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The maximum independent set problem gives a lower bound for the minimum clique cover problem. This is easy to see because given any clique cover together with an independent set, any two vertices which are part of the independent set must belong to separate cliques in the clique cover.

Is there any way to put a worst case (hopefully constant) upper bound on the ratio between these two values? What about when the number of vertices grows large? I know it must be at least $\frac{3}{2}$, since we can have a graph composed of an arbitrary number of pentagons (each pentagon has a maximum independent set of 2 vertices, but a minimum clique cover of 3 cliques). Can anyone find a graph where the ratio is larger than $\frac{3}{2}$? larger than 2?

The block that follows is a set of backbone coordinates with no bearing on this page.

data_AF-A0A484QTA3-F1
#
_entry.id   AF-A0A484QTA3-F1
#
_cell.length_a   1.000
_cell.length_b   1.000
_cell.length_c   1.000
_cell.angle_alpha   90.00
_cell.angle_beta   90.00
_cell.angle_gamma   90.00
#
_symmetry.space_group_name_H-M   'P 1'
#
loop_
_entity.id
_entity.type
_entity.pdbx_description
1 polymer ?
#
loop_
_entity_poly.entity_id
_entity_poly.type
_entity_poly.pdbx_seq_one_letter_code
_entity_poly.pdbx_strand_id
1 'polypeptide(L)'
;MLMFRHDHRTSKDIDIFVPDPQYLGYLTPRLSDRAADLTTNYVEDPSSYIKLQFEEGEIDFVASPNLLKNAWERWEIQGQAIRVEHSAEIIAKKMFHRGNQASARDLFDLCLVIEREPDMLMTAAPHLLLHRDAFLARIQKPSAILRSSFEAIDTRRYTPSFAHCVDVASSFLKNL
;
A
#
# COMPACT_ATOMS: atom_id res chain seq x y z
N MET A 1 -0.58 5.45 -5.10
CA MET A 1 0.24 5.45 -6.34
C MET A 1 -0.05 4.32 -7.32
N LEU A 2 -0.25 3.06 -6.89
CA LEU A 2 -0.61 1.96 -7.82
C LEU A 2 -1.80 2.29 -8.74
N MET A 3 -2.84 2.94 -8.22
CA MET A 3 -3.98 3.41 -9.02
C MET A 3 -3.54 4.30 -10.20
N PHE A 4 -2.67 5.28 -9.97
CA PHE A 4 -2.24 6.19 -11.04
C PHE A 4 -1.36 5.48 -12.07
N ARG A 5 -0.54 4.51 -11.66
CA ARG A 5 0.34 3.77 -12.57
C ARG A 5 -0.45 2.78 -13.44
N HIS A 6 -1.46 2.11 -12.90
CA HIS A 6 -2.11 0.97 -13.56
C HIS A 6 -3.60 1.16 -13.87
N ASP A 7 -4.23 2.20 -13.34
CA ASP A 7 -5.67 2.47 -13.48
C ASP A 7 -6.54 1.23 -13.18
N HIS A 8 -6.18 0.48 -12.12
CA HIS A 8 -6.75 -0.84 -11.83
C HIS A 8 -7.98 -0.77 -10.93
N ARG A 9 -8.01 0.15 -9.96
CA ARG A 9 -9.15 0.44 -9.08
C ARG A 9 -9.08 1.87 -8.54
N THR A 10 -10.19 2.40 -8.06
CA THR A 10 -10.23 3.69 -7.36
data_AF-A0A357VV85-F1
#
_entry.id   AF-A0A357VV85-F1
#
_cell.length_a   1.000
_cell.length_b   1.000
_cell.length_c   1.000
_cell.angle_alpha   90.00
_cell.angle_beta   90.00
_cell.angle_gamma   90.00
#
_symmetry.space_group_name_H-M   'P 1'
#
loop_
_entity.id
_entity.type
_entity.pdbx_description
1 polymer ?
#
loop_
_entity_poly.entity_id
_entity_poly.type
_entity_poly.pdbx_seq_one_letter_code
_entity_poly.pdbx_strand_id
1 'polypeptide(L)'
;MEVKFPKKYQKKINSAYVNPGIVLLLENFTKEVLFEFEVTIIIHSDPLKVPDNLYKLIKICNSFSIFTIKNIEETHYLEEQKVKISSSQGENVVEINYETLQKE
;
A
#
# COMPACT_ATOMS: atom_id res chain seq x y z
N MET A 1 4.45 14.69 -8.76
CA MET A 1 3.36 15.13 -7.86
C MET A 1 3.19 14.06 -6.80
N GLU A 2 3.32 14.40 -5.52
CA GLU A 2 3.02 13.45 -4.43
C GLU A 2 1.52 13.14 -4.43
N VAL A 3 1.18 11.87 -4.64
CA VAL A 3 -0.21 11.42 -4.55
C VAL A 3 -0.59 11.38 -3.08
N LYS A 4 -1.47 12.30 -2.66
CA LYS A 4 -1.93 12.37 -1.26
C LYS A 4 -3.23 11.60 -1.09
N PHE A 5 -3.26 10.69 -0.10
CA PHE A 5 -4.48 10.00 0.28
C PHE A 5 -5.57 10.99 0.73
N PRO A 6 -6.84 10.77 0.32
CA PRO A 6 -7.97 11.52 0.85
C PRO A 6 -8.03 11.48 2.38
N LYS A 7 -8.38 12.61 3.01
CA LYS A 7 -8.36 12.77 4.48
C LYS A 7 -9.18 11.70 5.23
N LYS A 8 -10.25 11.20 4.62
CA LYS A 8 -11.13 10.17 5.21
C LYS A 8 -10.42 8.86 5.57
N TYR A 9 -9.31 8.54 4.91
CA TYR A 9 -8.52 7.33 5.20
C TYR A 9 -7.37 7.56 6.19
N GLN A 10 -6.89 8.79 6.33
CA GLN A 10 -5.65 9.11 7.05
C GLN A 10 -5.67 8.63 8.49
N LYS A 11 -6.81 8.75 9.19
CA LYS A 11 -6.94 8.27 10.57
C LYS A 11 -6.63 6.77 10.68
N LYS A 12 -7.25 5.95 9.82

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The Lovász $\vartheta$ function is an efficiently computable function with the property

$$ \alpha(G) \leq \vartheta(G) \leq \bar{\chi}(G), $$ where $\alpha$ is independence number and $\bar{\chi}$ is clique cover number. If the bound $\frac{\bar{\chi}(G)}{\alpha(G)} \leq n^{1-\varepsilon}$ were true for some constant $\varepsilon > 0$, then we would have an efficient approximation to $\alpha(G)$ within a factor of $n^{1-\varepsilon}$ . However, this is impossible, unless P=NP.

The above argument is conditional on the conjecture P $\neq$ NP. However, Feige showed that, unconditionally, there exists a constant $c$ and an infinite family of graphs for which

$$ \alpha(G) \leq \vartheta(G) < 2^{\sqrt{\log n}}\\ \bar{\chi}(G) > \frac{n}{2^{c\sqrt{\log n}}} $$

So the gap between $\alpha(G)$ and $\bar{\chi}(G)$ is $n^{1 - o(1)}$, no need for conjectures.

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